The snow-capped Kuiten Uul mountain,4374 m (14,201 ft), is the highest of the five peaks of Tavan Bogd Mountains (literally ‘5 Saints’) that gives the park its name. It covers an area of 630,000 hectarce and is home to three large freshwater lakes and 34 glaciers, plus several waterfalls. The largest, Pontuninii Glacier, covers 23 sq km. Tavan Bogd Mountains are considered sacred to local Kazakhs, Tuvans, and Mongolians. The park stretches from Russia along the Chinese border, following the Altai Mountain Range that divides China, Russia, Mongolia, and Kazakhstan, for over 200 km. Ancient tribes have left many artifacts, using the region for religious ceremonies. Today, tens of thousands of petroglyphs in the park are part of a World Heritage Site. In addition there are numerous Turkic Stone Men and stone burial mounds. Official Tourism Website.
The busy season is from June to October when temperatures are warmer, snow has melted, and tour camps and shuttles are operating. The busiest time is August and September when the weather is best for mountain climbing. Also around the eagle festivals when tourist add a trip to the countryside. Though the park is still accessible year round with activities like snow skiing and eagle hunting during the cold winter months.
The Altai Mountains have been inhabited for around 12,000 years. The oldest images in the park are from 11,000 to 6,000 BC with hunting large mammals and ancient cultures. Thousands of years of petroglyphs show the transition from hunter-gatherer to pastoralism and later to the current semi-nomadic that developed over the last 3,000 to 4,000 years. Around 4,000 years ago, the use of horses and domestication of animals led to the rise of the Blue Turks (whose language is the root of Kazakh and Turkish). These successful warriors left upright carved stone statues known as Turkic Stone Men spread over the Altai Mountains.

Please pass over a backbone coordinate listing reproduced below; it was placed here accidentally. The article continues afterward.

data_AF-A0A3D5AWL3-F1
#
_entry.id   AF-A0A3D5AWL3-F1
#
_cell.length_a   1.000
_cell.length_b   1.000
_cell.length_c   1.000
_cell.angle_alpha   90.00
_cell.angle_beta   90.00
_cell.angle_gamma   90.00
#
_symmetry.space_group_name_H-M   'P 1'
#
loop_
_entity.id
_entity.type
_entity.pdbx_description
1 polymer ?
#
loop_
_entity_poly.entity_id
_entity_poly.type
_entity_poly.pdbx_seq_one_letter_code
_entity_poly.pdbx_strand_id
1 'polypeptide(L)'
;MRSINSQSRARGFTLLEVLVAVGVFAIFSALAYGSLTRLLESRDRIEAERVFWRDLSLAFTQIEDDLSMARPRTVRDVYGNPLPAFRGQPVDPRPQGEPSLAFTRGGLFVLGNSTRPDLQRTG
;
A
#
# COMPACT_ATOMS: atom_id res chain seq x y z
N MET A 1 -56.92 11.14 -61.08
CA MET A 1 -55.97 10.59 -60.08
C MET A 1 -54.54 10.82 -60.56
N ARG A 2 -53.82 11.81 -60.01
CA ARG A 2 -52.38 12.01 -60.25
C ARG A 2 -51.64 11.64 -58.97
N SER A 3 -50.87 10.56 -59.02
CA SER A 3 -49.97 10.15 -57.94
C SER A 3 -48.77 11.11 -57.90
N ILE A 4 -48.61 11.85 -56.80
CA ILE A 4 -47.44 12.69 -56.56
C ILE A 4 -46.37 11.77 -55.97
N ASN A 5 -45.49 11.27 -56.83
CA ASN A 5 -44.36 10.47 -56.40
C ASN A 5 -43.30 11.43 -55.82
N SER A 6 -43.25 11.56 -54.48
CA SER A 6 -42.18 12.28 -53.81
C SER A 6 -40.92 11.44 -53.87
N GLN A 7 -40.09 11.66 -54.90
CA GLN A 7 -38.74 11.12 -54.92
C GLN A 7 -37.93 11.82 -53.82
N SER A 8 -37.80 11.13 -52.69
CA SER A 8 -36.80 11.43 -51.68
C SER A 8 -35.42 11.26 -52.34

Later in 700 BC, a group of horse-riding warrior nomads known as the Scythians starting from the Altai Mountains to conquer a region stretching to the Black Sea. They faded after being defeated by Alexander the Great in modern day Turkmenistan in 329BC, but not before leaving many stone burial mounds in the Altai. These mounds, or Khirigsuur, were designed to preserve bodies in frozen ground with horses, weapons, armor, and food for the afterlife. On such mound was discovered to contain a Scythian warrior in full battle regalia in a 2005 research expedition. In 100 AD, the Huns migrated through the region from the steppes of Mongolia to wreck havoc on Europe around 400 AD. Around this same time, Reindeer herding tribes from Siberia, called Tuvans, began expanding south into the mountains.
|DEPARTURE/RETURN LOCATION||Chinggis Khaan International Airport|
|DEPARTURE TIME||07:20 AM|
Altai Tavan Bogd has some of the most stunning scenery in all of Mongolia with towering white mountains, glaciers, deep lush valleys, and large lakes. The park is divided into 2 regions, the Tavan Bogd Mountains in the northwest and the Lakes Region to the southeast. The park stretches along the Chinese border from the Russian border to 200 km south following the Altai Mountains, which form the borders of China, Russia, Kazakhstan, and Mongolia. Glacial melt and annual snow fall supplies 3 large lakes inside the park that form the head waters of the Hovd River.
Tavan Bogd Mountains are the highest mountains in Mongolia, with Khuiten Uul (‘Cold Peak’) at 4374 m (14,201 ft) being the highest. These permanently snow capped mountains form a bowl around the Pontuninii Glacier, which covers 23 square km. The other peaks are Nairamdal (‘Friendship’, 4180 m), Malchin (‘herder’, 4050 m), Bürged (‘Eagle’, 4068 m) and Olgii (‘Craddle’, 4050 m). From the peak of Kuiten Uul, it is possible to see Kazakhstan 30 km away on a clear day. Khuiten Uul was renamed Ikh Mongol (‘Great Mongol’) by President Enkhbayar when he climbed it in 2006, though this is widely ignored and possibly reversed by the new government. There is still a monument at the base commemorating the accomplishment.
One group : 4-12 people
Day 1: Departure
- pick-up Chinggis khaan airport
- Place in the Hotel
- Traveled in the Ulaanbaatar city.